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CS/ECE 757 Parallel Computer Architecture (Spring 2019)

Officially: Advanced Computer Architecture II (Section 1 of 1)
Instructor: Mark D. Hill; URL: http://www.cs.wisc.edu/~markhill
Meeting time: 1257 CS, 1:00 - 2:15 PM, MWF
Course URL: http://pages.cs.wisc.edu/~markhill/cs757/Spring2019/wiki/

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Motivation

''The distant threat has come to pass. For 30 years or more, pundits have claimed that parallel computers are the inexorable next step in the evolution of computers. --Jim Larus & Ravi Rajwar, Transactional Memory, Morgan & Claypool, Editor Mark Hill, 2007''

Multicore processors multiplying two ways: in market share and cores per chip. Mainstream vendors are shipping chips with 4, 6, and 8 cores, often with multithreading support. More aggressive chips target 48 to 336 non-traditional cores.

CS 757 will help you understand how multicore and other parallel systems work. We will mix some programming with detailed study of the hardware architectures.

Prerequisite CS/ECE 752 NOT Required

This offering of CS/ECE 757 will use CS/ECE 552 (or basic architecture knowledge) as its principal prerequisite. It does not require CS/ECE 752 (despite what the course catalog and timetable say). This is because our focus will be on parallelism issues, not details of core pipelines.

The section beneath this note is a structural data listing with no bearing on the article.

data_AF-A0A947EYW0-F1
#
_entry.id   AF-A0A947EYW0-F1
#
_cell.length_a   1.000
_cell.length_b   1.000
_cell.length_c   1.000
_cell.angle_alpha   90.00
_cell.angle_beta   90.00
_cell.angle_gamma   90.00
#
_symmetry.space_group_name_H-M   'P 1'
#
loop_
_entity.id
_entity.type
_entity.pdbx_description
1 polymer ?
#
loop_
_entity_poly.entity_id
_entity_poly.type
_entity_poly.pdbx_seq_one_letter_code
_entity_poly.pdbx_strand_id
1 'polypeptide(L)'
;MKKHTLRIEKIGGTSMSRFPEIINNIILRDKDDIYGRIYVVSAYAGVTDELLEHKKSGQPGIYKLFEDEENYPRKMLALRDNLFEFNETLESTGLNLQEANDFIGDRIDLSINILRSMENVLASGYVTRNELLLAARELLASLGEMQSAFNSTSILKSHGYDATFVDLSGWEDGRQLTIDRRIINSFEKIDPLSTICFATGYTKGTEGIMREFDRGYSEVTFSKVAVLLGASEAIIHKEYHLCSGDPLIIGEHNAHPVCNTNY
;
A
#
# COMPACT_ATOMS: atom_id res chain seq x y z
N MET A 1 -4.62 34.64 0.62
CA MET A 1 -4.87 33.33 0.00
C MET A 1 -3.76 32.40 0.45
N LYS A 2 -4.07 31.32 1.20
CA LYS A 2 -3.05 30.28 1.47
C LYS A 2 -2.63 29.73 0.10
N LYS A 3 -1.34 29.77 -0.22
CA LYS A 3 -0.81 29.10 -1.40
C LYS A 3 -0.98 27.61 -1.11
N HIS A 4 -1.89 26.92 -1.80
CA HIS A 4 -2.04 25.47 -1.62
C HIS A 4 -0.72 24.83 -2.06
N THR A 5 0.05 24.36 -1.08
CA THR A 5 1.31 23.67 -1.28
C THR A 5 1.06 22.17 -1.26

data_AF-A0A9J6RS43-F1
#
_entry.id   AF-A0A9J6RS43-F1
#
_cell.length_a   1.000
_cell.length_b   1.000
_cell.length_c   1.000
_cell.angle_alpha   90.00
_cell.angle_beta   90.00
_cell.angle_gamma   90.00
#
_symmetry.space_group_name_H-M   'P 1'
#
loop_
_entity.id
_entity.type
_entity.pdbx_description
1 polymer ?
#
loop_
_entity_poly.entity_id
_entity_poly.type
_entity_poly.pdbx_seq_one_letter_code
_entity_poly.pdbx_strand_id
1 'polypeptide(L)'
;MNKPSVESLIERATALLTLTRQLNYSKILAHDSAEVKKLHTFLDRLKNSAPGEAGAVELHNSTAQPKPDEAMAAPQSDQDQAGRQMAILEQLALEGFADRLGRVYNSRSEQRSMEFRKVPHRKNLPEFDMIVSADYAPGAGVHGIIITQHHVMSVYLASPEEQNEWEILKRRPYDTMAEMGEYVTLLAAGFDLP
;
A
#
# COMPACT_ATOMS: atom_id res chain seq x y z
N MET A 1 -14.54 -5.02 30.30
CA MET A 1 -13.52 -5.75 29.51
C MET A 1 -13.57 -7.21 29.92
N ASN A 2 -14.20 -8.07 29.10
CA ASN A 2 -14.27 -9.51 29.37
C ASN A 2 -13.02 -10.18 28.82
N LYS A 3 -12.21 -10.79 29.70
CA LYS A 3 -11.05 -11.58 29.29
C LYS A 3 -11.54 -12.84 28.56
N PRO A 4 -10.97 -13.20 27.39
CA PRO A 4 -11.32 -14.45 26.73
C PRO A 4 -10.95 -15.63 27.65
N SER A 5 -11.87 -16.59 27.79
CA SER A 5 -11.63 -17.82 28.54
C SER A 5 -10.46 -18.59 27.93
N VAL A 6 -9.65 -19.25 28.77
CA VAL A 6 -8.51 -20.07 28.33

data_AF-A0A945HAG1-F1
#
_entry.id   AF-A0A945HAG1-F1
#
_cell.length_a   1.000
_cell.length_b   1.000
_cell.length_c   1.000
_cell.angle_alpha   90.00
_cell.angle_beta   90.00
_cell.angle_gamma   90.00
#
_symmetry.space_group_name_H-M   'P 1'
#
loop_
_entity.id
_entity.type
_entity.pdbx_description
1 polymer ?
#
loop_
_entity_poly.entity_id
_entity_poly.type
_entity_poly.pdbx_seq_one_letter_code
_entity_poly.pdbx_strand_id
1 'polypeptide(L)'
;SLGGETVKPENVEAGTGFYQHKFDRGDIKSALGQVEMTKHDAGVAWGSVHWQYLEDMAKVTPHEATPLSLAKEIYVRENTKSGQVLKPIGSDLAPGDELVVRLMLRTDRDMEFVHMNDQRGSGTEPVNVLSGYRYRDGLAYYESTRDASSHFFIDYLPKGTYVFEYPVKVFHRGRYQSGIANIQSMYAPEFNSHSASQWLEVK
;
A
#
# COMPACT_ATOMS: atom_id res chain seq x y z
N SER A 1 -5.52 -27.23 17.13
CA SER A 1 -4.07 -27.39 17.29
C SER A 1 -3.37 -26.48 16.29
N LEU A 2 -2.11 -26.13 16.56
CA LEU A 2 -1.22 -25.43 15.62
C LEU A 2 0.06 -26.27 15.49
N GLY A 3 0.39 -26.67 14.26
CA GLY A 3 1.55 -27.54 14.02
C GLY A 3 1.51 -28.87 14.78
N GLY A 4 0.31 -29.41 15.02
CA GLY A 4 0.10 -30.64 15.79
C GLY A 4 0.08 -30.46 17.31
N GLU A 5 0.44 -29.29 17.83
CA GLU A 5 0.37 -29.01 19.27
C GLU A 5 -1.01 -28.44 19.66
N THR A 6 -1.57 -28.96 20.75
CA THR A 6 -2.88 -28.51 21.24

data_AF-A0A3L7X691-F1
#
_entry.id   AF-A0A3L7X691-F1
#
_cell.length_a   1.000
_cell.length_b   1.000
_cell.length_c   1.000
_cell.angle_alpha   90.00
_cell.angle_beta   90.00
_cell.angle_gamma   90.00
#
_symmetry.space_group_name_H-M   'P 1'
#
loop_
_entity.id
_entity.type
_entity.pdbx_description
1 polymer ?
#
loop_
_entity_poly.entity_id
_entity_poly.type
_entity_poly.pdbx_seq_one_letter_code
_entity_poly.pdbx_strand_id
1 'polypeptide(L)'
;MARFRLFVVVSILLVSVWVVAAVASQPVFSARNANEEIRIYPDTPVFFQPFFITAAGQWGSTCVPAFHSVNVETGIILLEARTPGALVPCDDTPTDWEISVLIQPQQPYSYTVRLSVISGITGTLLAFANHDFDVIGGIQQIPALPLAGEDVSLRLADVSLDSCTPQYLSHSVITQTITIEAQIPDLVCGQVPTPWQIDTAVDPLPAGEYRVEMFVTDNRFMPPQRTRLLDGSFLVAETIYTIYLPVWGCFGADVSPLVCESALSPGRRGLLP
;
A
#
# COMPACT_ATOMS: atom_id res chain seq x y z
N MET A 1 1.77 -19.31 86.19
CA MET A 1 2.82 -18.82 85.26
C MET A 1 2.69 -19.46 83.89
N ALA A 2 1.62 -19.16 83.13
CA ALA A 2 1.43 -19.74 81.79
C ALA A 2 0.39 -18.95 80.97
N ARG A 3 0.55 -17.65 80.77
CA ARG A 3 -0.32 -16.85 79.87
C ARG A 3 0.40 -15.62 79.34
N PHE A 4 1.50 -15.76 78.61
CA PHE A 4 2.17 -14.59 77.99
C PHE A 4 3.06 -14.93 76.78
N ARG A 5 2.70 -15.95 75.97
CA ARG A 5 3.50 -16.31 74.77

Instructions for First Lecture (Wed Jan 23, 2019)

If you want to get a big head start, check out: Introduction to Parallel Computing, Blaise Barney, Lawrence Livermore National Laboratory

Learning Outcomes

CS/ECE 757 qualitatively and quantitatively examines the fundamental computer architecture principles of parallel computer systems. (Click here to see Bloom's Taxonomy at end.) Course learning outcomes include:

  • Analyze pertinent research papers, including writing reviews of them.
  • Understand how semiconductor technology and information technology applications influence parallel computer systems.
  • Implement parallel computer programs in multiple paradigms (e.g., data parallel, shared-memory, and message-passing) and understand trade-offs among the paradigms.
  • Understand and evaluate different synchronization mechanisms, memory consistency models, cache coherence protocols
  • Understand and evaluate interconnection network goals and mechanisms.
  • Analyze and evaluate parallel computer systems by user and enhancing at least one simulator of such systems.
  • Understand and evaluate emerging heterogeneous parallelism design approaches, e.g., single instruction multiple data (SIMD), single instruction multiple thread (SIMT), and other accelerators.
  • Either (a) create a novel parallel computer architecture research idea and investigate evaluate its potential through the course project or (b) understand and analyze a sub-field of parallel computer systems by writing a capstone survey paper.

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